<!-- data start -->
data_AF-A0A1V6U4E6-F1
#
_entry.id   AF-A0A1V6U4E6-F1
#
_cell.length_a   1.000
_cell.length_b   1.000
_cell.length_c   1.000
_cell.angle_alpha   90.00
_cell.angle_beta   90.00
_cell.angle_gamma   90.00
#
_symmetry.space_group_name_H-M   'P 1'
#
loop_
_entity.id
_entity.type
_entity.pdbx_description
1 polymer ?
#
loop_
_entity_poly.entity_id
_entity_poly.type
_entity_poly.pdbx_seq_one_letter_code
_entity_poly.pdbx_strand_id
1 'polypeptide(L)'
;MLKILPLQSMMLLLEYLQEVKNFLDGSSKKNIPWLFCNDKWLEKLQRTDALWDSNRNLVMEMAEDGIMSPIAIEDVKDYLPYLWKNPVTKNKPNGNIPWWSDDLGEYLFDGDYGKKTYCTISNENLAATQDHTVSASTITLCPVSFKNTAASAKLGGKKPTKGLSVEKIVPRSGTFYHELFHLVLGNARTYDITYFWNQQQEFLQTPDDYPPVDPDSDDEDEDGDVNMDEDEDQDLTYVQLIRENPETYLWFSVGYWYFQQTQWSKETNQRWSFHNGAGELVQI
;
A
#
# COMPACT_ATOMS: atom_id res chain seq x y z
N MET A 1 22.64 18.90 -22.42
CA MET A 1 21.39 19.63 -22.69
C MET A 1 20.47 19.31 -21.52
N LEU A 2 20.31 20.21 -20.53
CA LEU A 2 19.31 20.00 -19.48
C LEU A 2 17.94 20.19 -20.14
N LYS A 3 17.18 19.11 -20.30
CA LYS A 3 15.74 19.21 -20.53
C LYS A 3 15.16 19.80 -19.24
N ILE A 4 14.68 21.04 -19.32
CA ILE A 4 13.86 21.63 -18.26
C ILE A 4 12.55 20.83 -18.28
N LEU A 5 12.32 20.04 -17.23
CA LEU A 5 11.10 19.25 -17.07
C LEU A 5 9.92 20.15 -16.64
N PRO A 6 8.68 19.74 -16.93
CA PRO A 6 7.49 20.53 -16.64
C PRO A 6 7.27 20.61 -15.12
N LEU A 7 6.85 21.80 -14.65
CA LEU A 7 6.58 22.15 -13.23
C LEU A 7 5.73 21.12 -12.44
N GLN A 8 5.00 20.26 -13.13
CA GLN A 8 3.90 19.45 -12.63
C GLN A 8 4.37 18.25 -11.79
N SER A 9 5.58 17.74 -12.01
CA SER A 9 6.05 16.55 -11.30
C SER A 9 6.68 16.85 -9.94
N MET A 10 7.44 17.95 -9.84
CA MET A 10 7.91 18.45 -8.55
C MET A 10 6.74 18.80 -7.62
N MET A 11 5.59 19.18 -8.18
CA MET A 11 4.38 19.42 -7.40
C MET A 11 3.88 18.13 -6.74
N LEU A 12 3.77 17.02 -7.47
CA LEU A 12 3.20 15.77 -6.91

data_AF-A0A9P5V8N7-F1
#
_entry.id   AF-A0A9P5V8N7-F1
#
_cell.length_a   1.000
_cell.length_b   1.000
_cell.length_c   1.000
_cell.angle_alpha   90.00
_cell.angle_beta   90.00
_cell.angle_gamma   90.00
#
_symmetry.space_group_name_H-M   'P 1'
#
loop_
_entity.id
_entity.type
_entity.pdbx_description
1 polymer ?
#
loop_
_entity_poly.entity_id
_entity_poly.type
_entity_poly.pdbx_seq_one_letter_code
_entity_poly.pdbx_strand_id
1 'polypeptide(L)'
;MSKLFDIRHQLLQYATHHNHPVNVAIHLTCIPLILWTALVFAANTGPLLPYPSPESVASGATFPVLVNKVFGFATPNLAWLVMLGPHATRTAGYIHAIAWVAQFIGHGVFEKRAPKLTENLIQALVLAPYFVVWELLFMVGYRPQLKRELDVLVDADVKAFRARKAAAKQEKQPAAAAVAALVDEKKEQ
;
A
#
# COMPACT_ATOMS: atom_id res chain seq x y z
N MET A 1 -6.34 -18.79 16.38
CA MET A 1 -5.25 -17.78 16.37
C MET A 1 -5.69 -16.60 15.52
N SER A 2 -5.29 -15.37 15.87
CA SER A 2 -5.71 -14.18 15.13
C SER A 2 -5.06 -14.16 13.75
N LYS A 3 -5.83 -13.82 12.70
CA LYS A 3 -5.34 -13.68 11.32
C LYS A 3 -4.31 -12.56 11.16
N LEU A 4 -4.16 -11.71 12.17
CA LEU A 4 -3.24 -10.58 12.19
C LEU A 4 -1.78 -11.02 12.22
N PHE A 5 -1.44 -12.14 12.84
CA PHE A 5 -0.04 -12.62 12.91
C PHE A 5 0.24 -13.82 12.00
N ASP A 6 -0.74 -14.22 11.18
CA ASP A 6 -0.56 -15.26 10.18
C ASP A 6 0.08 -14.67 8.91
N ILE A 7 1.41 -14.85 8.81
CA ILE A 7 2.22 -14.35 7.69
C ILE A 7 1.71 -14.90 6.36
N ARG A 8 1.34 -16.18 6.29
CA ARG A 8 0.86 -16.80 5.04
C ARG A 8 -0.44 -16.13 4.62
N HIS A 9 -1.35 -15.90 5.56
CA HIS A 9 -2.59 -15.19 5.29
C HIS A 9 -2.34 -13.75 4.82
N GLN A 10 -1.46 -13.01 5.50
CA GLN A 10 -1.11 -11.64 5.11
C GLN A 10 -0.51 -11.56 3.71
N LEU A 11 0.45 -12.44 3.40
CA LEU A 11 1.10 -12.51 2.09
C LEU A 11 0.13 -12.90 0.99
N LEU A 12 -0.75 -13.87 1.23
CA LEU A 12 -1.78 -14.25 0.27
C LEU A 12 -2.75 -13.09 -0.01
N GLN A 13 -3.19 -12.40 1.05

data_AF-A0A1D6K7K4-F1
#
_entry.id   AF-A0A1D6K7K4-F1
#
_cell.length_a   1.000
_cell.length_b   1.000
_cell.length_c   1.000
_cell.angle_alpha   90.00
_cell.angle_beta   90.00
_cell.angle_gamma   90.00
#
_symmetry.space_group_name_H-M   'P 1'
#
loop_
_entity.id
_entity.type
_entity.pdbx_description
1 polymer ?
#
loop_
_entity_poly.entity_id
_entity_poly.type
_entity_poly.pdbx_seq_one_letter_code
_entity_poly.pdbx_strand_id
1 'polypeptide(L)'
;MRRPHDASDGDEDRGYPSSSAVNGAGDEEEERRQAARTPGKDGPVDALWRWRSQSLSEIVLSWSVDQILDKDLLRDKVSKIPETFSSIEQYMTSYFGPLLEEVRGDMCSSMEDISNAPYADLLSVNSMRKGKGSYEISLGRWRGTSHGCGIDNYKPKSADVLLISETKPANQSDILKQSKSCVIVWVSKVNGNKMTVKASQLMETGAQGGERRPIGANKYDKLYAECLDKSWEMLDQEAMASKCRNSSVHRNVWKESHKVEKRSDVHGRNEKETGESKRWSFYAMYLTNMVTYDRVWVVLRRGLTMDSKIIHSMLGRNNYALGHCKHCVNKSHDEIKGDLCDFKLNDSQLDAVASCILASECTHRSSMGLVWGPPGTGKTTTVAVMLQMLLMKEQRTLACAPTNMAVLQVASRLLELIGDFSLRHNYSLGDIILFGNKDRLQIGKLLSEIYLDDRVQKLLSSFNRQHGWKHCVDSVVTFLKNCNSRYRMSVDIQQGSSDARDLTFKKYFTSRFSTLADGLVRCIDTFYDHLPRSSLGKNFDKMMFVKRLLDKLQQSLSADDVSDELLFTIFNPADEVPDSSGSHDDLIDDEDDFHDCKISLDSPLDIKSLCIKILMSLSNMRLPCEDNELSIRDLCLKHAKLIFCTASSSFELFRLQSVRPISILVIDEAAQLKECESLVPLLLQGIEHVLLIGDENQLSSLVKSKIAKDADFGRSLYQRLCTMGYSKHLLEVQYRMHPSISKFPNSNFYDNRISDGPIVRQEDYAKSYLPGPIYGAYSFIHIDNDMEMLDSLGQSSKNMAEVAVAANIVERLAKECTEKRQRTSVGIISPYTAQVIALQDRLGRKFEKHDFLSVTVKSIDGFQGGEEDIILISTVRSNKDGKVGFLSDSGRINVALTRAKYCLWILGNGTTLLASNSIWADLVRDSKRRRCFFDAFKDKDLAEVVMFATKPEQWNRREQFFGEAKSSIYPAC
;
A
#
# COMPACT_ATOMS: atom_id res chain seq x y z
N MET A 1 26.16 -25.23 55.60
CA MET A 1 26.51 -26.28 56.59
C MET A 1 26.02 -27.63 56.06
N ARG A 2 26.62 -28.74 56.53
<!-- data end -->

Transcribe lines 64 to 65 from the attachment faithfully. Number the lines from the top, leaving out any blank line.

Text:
N LEU A 12 3.77 17.02 -7.47
CA LEU A 12 3.20 15.77 -6.91